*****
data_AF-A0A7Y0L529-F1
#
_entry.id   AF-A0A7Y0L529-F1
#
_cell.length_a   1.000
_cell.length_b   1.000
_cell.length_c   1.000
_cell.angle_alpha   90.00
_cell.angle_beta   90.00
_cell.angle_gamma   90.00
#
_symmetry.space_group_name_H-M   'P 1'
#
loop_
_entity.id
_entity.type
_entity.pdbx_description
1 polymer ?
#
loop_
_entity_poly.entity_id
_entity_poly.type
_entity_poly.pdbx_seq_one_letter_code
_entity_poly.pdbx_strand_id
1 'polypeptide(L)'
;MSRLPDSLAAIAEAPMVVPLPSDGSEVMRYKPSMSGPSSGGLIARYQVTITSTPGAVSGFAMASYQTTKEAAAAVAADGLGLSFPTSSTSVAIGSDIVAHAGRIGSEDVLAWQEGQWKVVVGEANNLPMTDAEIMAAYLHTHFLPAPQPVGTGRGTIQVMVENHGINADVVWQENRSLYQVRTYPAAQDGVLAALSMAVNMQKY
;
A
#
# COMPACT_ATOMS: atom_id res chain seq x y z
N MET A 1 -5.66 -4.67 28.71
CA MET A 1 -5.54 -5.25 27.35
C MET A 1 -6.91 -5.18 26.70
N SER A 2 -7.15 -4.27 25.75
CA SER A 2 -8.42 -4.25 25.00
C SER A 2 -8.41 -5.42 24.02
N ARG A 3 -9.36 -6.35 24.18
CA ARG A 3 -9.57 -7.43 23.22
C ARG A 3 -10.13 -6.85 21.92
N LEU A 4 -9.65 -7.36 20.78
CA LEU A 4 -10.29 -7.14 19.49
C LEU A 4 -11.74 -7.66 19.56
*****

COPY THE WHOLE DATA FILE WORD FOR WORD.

data_AF-A0A7Y0L529-F1
#
_entry.id   AF-A0A7Y0L529-F1
#
_cell.length_a   1.000
_cell.length_b   1.000
_cell.length_c   1.000
_cell.angle_alpha   90.00
_cell.angle_beta   90.00
_cell.angle_gamma   90.00
#
_symmetry.space_group_name_H-M   'P 1'
#
loop_
_entity.id
_entity.type
_entity.pdbx_description
1 polymer ?
#
loop_
_entity_poly.entity_id
_entity_poly.type
_entity_poly.pdbx_seq_one_letter_code
_entity_poly.pdbx_strand_id
1 'polypeptide(L)'
;MSRLPDSLAAIAEAPMVVPLPSDGSEVMRYKPSMSGPSSGGLIARYQVTITSTPGAVSGFAMASYQTTKEAAAAVAADGLGLSFPTSSTSVAIGSDIVAHAGRIGSEDVLAWQEGQWKVVVGEANNLPMTDAEIMAAYLHTHFLPAPQPVGTGRGTIQVMVENHGINADVVWQENRSLYQVRTYPAAQDGVLAALSMAVNMQKY
;
A
#
# COMPACT_ATOMS: atom_id res chain seq x y z
N MET A 1 -5.66 -4.67 28.71
CA MET A 1 -5.54 -5.25 27.35
C MET A 1 -6.91 -5.18 26.70
N SER A 2 -7.15 -4.27 25.75
CA SER A 2 -8.42 -4.25 25.00
C SER A 2 -8.41 -5.42 24.02
N ARG A 3 -9.36 -6.35 24.18
CA ARG A 3 -9.57 -7.43 23.22
C ARG A 3 -10.13 -6.85 21.92
N LEU A 4 -9.65 -7.36 20.78
CA LEU A 4 -10.29 -7.14 19.49
C LEU A 4 -11.74 -7.66 19.56